Well, I'm not saying let's all cry a river for poor scapegoat Eminem... he made his bed the way he wanted it, and now he lies in it... multi-platinum albums and all. Controversy = sales... Ozzy knows that, Marylin Manson knows that... hell, Britney and Madonna know that. To shock is to sell.

Now, as far as rap music bringing down youth with it's grammatical inaccuracies... so, are we saying that's the only music that does so? Please. Pop music might not be so rife with it's 'aks's and traditionally urban language inversions (i.e. 'where you be at') etc... but it's got plenty of double negatives and simply poor, lazy grammar with forced rhymes as well. (Same can be said of country, rock, really examples of any musical genre).

I actually find what we consider eubonics -- a mainly black, urban english dialect -- to be pretty interesting. Look at the use of the term 'be' instead of 'are' I cited above. Be is a much more active, powerful verb than the passive 'are.' Or, 'where is you' vs. 'Where are you'--- both are passive verbs, but to me, the use of 'is' -a shorter, somewhat sharper word- is more powerful.

I'm not necessarily saying that eubonic speaking styles should be encouraged, but I think we should understand the roots of the expressions, and their significance, before we simply write them off.
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23 posted 12-05-2003 04:28 PM       View Profile for Mistletoe Angel   Email Mistletoe Angel   Edit/Delete Message      Find Poems   Click to visit Mistletoe Angel's Home Page   View IP for Mistletoe Angel

Stephanos, with all due respect, the real question here is not if Eminem is a humanist or not, it's if music or whatever you'd like to call it like his is poetry.

Marshall Mathers indeed has done some things that have troubled and even disgusted me, but that doesn't make him not a fabulous poet! It is STILL poetry. I happen to think "The Way I Am" and "Stan", for instance, both written out of intense angst, is poetry at its best. I've never heard an artist express rage of never getting any privacy when swimming in fame with such passion than in "The Way I Am". As for Stan, even the form of his lyrics is remarkable. They are written as a series of letters mailed from a fan, each one getting worst than the previous one, of a die-hard fan who demands his son get an autograph or something, and with all the letters he gets he just doesn't have the time to get through them all and so the fan goes insane. Isn't one of poetry's many functions meant to take a slice of life and express it in an abstract or emotional way?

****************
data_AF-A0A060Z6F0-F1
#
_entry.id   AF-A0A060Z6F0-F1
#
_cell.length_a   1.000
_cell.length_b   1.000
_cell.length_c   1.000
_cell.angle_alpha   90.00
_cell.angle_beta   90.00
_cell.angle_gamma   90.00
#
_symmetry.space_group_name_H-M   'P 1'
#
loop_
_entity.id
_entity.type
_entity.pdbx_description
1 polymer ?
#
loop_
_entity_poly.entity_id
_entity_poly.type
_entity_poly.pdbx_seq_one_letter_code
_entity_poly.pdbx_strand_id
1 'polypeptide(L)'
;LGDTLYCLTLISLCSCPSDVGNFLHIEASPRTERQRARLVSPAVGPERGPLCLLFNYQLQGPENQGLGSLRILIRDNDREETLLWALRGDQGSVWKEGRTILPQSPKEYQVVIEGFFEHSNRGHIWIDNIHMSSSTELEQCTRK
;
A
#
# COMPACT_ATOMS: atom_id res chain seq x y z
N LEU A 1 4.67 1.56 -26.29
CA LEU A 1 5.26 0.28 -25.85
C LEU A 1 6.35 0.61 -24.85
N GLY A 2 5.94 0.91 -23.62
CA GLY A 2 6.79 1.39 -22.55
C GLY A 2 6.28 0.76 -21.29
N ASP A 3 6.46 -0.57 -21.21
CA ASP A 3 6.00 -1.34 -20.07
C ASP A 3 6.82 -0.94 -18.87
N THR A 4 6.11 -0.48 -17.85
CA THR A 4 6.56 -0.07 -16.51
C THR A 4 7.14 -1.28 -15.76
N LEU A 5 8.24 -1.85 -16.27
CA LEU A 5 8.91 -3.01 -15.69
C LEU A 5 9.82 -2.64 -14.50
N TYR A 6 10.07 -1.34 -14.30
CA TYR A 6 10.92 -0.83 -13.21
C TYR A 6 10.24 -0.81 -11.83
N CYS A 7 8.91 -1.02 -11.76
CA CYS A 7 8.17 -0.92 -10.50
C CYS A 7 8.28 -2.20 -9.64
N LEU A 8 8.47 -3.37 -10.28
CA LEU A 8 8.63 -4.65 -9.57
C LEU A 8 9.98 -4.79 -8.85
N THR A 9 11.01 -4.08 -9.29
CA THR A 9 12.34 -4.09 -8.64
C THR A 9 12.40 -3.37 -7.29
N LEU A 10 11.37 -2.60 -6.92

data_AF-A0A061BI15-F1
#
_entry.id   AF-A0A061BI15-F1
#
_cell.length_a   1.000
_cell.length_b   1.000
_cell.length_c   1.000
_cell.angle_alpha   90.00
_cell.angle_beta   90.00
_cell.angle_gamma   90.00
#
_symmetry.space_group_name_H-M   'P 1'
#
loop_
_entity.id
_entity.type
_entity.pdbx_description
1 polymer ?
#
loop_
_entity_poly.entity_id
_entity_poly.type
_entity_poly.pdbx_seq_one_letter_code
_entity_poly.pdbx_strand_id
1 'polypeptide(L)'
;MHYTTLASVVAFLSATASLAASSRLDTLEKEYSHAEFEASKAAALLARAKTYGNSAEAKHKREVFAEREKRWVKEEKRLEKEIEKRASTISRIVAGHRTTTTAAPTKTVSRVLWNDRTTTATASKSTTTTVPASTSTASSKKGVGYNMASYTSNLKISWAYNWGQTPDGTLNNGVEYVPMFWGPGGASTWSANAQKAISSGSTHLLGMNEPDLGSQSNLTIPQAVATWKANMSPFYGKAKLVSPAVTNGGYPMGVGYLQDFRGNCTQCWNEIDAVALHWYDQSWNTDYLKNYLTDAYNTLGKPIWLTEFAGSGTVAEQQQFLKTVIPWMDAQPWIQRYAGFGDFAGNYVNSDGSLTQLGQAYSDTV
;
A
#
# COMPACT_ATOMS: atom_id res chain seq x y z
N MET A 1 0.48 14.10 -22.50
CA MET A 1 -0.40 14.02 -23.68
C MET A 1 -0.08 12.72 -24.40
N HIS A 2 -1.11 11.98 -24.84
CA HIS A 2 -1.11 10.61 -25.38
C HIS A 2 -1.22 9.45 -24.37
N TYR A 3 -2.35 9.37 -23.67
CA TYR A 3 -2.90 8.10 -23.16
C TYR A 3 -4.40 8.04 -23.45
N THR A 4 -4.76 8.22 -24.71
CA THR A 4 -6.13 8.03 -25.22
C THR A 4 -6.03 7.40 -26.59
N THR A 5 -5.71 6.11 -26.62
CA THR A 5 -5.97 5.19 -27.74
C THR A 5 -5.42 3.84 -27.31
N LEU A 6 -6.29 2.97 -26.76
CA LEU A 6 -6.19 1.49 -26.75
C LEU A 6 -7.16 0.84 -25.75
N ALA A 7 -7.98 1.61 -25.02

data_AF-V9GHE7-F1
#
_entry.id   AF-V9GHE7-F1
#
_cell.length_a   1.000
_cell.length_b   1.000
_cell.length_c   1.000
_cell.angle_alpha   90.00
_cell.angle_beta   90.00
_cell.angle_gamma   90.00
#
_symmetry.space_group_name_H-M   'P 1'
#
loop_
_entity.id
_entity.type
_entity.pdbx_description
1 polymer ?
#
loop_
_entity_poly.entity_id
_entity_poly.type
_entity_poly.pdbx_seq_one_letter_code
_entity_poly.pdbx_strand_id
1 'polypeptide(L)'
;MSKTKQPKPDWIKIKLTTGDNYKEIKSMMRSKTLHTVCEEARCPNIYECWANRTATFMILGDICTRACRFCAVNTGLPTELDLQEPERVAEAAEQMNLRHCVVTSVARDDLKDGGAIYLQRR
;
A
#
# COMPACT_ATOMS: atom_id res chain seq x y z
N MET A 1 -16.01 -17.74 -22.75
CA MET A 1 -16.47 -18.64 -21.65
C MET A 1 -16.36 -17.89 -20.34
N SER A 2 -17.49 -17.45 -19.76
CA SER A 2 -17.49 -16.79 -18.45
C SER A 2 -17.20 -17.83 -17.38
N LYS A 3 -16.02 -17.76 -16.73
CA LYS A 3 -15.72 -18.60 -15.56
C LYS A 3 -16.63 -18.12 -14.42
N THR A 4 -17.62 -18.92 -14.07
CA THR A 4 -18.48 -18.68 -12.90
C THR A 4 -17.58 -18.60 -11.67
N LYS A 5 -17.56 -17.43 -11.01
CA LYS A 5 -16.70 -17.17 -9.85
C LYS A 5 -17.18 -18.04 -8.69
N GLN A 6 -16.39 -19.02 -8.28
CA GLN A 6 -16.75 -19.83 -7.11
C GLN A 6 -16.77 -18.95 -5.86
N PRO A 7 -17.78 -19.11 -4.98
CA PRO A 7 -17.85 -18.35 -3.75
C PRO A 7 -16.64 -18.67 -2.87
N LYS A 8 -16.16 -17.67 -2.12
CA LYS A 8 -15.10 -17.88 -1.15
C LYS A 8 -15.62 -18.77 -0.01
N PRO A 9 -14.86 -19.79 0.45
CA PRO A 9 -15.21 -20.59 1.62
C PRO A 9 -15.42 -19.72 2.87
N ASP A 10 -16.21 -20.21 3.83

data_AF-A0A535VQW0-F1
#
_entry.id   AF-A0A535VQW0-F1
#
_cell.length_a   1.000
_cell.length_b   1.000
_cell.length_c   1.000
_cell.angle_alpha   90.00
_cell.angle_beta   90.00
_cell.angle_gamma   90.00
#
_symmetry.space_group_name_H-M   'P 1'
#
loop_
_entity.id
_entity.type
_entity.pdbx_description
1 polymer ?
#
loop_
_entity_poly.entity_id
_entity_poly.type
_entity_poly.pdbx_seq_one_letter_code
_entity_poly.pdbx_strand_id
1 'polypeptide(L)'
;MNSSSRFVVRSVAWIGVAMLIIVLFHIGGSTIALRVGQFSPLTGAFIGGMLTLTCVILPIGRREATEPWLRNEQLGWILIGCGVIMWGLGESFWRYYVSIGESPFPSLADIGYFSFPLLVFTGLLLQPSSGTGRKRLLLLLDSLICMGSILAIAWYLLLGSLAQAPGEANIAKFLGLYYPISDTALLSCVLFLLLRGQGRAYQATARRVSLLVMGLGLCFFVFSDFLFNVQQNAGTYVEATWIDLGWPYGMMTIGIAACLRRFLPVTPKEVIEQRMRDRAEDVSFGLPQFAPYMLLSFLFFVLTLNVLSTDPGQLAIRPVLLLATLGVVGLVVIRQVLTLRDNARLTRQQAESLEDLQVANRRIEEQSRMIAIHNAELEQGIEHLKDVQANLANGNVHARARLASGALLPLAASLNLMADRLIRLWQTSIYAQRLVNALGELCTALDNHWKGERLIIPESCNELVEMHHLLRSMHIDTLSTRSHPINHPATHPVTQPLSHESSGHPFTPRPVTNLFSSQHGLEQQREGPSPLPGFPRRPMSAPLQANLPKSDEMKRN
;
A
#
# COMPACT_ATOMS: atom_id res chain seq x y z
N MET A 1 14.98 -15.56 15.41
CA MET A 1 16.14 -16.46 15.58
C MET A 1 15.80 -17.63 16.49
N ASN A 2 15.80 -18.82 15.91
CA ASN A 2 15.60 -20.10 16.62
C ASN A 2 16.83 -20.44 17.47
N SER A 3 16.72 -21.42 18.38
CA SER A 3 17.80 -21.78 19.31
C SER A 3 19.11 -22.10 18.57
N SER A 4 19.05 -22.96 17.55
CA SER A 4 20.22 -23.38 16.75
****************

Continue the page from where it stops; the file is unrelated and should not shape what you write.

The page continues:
Perhaps Eminem's lyrics can sound "hellish" yet they are STILL poetry, and rather artistic poetry too. Obviously when he has sold over 30 million copies of his last two albums combined, the youth of this generation do feel something from him, so he truly is a voice of this generation, love him or hate him.

Now, if you take another one of his weaker songs, like "Superman" for instance, then a stronger counter-argument can be made I'm sure!

Sincerely,
Noah Eaton

"You'll find something that's enough to keep you
But if the bright lights don't receive you
You should turn yourself around and come back home" MB20

Mistletoe Angel
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24 posted 12-05-2003 04:36 PM       View Profile for Mistletoe Angel   Email Mistletoe Angel   Edit/Delete Message      Find Poems   Click to visit Mistletoe Angel's Home Page   View IP for Mistletoe Angel

Hush, I absolutely agree with your thought.

Like I mentioned in a previous response, the Greeks always allied poetry and music together, and troubadours, bards, they all adopted those ideals and brought them forward through many later ages.

Therefore, according to their beliefs, every genre of music is poetry. Jazz music, country music, rock and roll, you name it! Some of the greatest philosophers like Aristotle beleved that music was a necessity to living, and though some at the time believed an aristocrat should learn music but not perform it as a living, music as always encouraged in the family and up to the 15th and 16th centuries, especially in 1588, when madrigals of Italy were translated to English and became known as the "Music from Beyond the Alps", the same ideals of Plato and Aristotle shared with Greco-Roman musical beliefs flourished on yet again.

I understand that I have digressed from the main topic of rap music in particular being poetry, but I truly believe confidently all music is poetry.

Sincerely,
Noah Eaton

"You'll find something that's enough to keep you
But if the bright lights don't receive you
You should turn yourself around and come back home" MB20